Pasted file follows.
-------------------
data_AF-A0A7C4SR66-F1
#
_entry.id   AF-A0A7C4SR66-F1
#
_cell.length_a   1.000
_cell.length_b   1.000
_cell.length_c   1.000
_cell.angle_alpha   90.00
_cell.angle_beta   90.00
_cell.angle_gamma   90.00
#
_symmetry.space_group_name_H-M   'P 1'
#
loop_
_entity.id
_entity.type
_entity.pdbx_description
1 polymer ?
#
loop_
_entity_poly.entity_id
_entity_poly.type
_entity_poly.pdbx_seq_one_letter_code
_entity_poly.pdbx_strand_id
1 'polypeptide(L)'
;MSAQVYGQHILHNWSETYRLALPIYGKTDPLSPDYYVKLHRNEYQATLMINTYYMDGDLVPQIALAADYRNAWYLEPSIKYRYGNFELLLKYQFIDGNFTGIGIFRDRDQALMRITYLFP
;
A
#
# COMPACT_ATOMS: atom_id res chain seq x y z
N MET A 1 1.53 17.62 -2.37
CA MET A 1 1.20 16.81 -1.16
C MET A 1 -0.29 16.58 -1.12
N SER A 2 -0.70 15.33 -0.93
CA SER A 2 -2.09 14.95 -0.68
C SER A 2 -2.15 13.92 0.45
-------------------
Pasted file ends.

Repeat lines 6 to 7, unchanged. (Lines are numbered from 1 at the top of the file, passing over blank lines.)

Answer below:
_cell.length_b   1.000
_cell.length_c   1.000